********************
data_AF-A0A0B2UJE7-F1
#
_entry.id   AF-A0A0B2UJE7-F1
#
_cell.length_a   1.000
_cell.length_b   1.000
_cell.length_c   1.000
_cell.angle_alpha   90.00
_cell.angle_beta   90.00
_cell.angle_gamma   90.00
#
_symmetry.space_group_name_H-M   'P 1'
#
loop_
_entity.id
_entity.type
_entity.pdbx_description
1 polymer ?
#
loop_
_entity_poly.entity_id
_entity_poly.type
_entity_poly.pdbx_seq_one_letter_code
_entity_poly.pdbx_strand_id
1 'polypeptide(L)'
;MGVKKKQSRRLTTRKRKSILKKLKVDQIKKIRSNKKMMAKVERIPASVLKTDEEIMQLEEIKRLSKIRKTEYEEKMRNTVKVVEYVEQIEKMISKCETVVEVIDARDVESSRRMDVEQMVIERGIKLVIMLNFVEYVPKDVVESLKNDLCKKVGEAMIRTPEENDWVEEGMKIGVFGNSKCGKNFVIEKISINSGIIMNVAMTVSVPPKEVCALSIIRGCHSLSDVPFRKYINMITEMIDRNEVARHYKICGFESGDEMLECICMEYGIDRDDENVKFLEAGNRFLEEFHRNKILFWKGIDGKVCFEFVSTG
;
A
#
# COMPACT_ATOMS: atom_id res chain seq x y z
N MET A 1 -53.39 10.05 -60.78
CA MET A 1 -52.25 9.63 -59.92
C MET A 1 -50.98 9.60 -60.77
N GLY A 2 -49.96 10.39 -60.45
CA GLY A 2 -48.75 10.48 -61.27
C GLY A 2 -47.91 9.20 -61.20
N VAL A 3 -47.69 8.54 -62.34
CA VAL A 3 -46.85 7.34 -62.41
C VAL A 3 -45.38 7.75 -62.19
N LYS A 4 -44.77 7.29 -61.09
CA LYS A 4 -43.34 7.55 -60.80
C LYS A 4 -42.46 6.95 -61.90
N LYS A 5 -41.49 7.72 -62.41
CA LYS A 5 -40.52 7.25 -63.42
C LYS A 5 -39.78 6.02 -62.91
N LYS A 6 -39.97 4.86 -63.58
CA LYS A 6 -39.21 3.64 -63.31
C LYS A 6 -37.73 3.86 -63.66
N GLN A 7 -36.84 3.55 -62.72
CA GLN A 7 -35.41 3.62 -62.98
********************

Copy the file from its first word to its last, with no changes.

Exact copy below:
data_AF-A0A0B2UJE7-F1
#
_entry.id   AF-A0A0B2UJE7-F1
#
_cell.length_a   1.000
_cell.length_b   1.000
_cell.length_c   1.000
_cell.angle_alpha   90.00
_cell.angle_beta   90.00
_cell.angle_gamma   90.00
#
_symmetry.space_group_name_H-M   'P 1'
#
loop_
_entity.id
_entity.type
_entity.pdbx_description
1 polymer ?
#
loop_
_entity_poly.entity_id
_entity_poly.type
_entity_poly.pdbx_seq_one_letter_code
_entity_poly.pdbx_strand_id
1 'polypeptide(L)'
;MGVKKKQSRRLTTRKRKSILKKLKVDQIKKIRSNKKMMAKVERIPASVLKTDEEIMQLEEIKRLSKIRKTEYEEKMRNTVKVVEYVEQIEKMISKCETVVEVIDARDVESSRRMDVEQMVIERGIKLVIMLNFVEYVPKDVVESLKNDLCKKVGEAMIRTPEENDWVEEGMKIGVFGNSKCGKNFVIEKISINSGIIMNVAMTVSVPPKEVCALSIIRGCHSLSDVPFRKYINMITEMIDRNEVARHYKICGFESGDEMLECICMEYGIDRDDENVKFLEAGNRFLEEFHRNKILFWKGIDGKVCFEFVSTG
;
A
#
# COMPACT_ATOMS: atom_id res chain seq x y z
N MET A 1 -53.39 10.05 -60.78
CA MET A 1 -52.25 9.63 -59.92
C MET A 1 -50.98 9.60 -60.77
N GLY A 2 -49.96 10.39 -60.45
CA GLY A 2 -48.75 10.48 -61.27
C GLY A 2 -47.91 9.20 -61.20
N VAL A 3 -47.69 8.54 -62.34
CA VAL A 3 -46.85 7.34 -62.41
C VAL A 3 -45.38 7.75 -62.19
N LYS A 4 -44.77 7.29 -61.09
CA LYS A 4 -43.34 7.55 -60.80
C LYS A 4 -42.46 6.95 -61.90
N LYS A 5 -41.49 7.72 -62.41
CA LYS A 5 -40.52 7.25 -63.42
C LYS A 5 -39.78 6.02 -62.91
N LYS A 6 -39.97 4.86 -63.58
CA LYS A 6 -39.21 3.64 -63.31
C LYS A 6 -37.73 3.86 -63.66
N GLN A 7 -36.84 3.55 -62.72
CA GLN A 7 -35.41 3.62 -62.98